The 20- and 30-somethings in jeans and T-shirts printed with their tech companies’ logos were there, but on an evening in early January they might have been outnumbered by somewhat older men and women wearing sport coats, slacks or “business casual” dress.
Despite the difference in ages and attire, they came for the same reasons: to find a job or employees.
TechStars, together with Denver-based consultants TriWorth, had quickly put together the event to respond to recent layoffs in Boulder’s tech community, said Luke Beatty, co-managing director of TechStars Boulder. The specific catalyst was the recent announcement by Tendril Networks Inc. that it was laying off 59 people, he said.
“There are a lot of people looking for their next gig, and there are a lot of people looking for the next great person for their company,” Beatty said.
Beatty knows a lot about jobs created by TechStars companies, including the exact number they’ve created – 1,258. Those jobs have been created by the 199 startups TechStars has helped connect with mentors and investors since its 2007 launch.
Beatty has worked with some of those companies as a regular mentor for the Boulder program. TechStars was launched in Boulder and has spread to New York City, Boston and Seattle. TechStars also “powers” independent accelerators for Microsoft in Seattle, Nike in Portland, Oregon, and a cloud-focused program in San Antonio.
Beatty became a member of TechStars’ leadership team late last year, when he joined Nicole Glaros as co-managing director in Boulder. He is taking over day-to-day operations in Boulder while Glaros works in New York City as the interim director of that program. Eventually he will become the only director as Glaros takes on a new position with TechStars.
Beatty’s career has followed the path many entrepreneurs would like to follow. He founded a company named Associated Content in 2005 and sold it to Yahoo! Inc. (Nasdaq: YHOO) in 2010. According to media reports, the price tag was $90 million, but Beatty declined to confirm that, citing a nondisclosure agreement.
Beatty became a vice president at Yahoo! after the deal.
“It’s good experience, because it existed at all the right levels, from literally starting it in my basement with a couple of people to raising a round (of venture capital) to selling it,” he said.
Beatty is one of three hires TechStars made in the closing months of 2012 to fill major positions. Mark Solon, a Boise, Idaho-based venture capitalist, and Ari Newman, a serial entrepreneur and founder of Filtrbox Inc., also joined the accelerator’s staff.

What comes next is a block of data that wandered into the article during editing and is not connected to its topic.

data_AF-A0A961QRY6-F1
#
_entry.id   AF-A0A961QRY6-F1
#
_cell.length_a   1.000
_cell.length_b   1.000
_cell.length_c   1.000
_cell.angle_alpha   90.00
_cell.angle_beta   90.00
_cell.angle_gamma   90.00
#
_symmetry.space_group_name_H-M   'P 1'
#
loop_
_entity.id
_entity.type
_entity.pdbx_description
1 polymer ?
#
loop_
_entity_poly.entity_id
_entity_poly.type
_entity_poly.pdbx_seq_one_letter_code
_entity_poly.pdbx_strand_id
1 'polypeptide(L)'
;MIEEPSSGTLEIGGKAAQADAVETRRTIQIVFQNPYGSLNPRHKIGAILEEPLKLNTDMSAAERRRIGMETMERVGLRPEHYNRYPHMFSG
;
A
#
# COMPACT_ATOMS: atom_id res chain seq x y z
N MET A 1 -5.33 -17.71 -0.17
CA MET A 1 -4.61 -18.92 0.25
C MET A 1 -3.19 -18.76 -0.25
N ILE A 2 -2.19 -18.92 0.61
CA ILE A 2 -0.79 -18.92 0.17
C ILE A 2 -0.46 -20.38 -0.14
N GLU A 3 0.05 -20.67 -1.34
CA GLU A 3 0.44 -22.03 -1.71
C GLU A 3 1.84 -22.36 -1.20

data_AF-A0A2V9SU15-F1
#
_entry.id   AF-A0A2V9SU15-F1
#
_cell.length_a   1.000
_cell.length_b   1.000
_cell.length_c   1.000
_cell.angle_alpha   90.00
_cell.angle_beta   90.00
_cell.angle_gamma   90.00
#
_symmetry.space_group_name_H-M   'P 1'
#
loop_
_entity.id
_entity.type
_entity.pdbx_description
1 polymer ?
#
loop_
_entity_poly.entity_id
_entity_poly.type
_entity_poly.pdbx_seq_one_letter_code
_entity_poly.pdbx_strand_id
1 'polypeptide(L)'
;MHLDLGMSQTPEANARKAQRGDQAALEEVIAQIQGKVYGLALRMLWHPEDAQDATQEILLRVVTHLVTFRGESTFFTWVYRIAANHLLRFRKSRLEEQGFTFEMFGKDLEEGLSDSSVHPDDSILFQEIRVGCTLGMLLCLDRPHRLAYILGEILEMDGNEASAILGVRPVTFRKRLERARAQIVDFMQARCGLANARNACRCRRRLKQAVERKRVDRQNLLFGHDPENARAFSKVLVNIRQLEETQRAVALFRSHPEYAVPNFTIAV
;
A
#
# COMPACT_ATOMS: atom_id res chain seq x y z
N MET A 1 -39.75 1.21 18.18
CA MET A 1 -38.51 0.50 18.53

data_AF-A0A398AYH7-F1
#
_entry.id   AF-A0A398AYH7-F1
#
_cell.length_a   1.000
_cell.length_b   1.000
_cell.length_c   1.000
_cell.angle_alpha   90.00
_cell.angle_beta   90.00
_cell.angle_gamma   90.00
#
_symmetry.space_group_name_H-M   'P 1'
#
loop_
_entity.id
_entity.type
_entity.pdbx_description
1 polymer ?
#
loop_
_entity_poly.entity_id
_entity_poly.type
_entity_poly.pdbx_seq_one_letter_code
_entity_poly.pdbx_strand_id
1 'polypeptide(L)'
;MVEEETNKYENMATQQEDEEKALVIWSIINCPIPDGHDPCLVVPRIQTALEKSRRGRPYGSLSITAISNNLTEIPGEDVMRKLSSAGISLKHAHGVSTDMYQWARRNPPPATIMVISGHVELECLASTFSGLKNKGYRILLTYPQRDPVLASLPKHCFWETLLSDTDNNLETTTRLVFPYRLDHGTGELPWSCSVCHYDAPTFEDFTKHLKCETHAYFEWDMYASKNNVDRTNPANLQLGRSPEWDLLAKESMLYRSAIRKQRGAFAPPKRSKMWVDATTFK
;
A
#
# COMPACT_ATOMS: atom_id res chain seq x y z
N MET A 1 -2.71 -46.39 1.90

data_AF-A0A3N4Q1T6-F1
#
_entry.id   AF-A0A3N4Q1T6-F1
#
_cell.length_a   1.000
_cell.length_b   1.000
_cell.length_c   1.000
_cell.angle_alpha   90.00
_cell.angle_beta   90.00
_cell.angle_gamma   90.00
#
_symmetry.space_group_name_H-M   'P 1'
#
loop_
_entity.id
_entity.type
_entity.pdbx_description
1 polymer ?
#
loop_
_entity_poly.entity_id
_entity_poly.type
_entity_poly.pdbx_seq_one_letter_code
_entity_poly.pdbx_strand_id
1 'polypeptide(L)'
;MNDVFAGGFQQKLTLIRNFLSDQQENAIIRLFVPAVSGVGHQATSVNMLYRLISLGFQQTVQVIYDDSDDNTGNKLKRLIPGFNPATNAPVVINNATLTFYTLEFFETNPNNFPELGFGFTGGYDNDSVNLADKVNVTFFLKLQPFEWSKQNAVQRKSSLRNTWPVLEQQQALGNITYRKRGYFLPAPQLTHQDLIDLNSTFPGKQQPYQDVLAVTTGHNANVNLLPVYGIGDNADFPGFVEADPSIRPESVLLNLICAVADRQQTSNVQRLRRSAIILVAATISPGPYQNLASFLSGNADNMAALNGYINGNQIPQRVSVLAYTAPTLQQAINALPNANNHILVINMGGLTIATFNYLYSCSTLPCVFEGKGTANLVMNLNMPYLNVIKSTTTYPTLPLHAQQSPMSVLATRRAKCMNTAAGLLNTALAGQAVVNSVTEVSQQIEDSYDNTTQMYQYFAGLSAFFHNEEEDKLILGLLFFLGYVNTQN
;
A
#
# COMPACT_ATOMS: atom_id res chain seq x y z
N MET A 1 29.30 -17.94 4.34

The new hires will help TechStars with its core mission of helping entrepreneurs launch companies by connecting them with mentors and investors, cofounder and chief executive David Cohen said.
They also will help TechStars raise money and deal with new opportunities and challenges as it evolves, much like the companies it mentors.
“TechStars in its first seven years has evolved in a really magical way, but I don’t think anyone at TechStars is content with the way it is,” Beatty said.
“We’re moving out of the startup phase, for lack of a better description,” Glaros said.
Growing companies need money, and that will be Solon’s focus. Solon, a managing director of Highway 12 Ventures, has become a general partner and will focus on managing TechStars’ investments and fundraising. TechStars has raised $70 million to invest, and that amount will grow in the future.
“We don’t have any specific plans to get to $100 million, but we think we’re approaching that as time goes by,” Cohen said.
Solon also will help TechStars companies develop their capital-formation strategies, something he has done for a number of years as a mentor. Although he lives and will remain in Idaho, he knows Boulder and TechStars well.
“I was taken with TechStars from the very first time I stepped in the bunker,” Solon said. “It’s probably the most innovative thing I’ve seen to help entrepreneurs in my career.”
Solon and Highway 12 Ventures have invested heavily in Boulder startups and TechStars companies such as SendGrid and Orbotix.
“We’ve put more money to work in Boulder than any other town,” Solon said. “It’s like fishing in a stocked pond.”
Newman is TechStars’ new “network catalyst,” which means he is working with alumni to ensure their TechStars connections remain “resources they can always tap into that give them an unfair advantage” well after they’ve left, he said.
As more companies went through TechStars, it became clear the far-flung alumni network was a major asset that could use more attention to maximize its benefit.
“As TechStars has grown and scaled, now is the time where we really need a resource like this and a little more focus on investing in and developing the alumni platform,” Newman said.
Newman has first-hand knowledge of being an entrepreneur going through TechStars. He founded Filtrbox, which was part of TechStar’s first class in 2007.
“The whole thing was an experiment, a well-thought out and well-organized experiment, but it was brand new,” Newman said.
Back then, Cohen expected the experiment to be a success. He didn’t know how big it would become.
“It’s fundamentally what I envisioned for Boulder. I did not imagine the impact it could have for other cities,” Cohen said. “The scope of it is not what I anticipated, and the impact we’ve had with other accelerators (through the TechStars network) were not things that were envisioned.”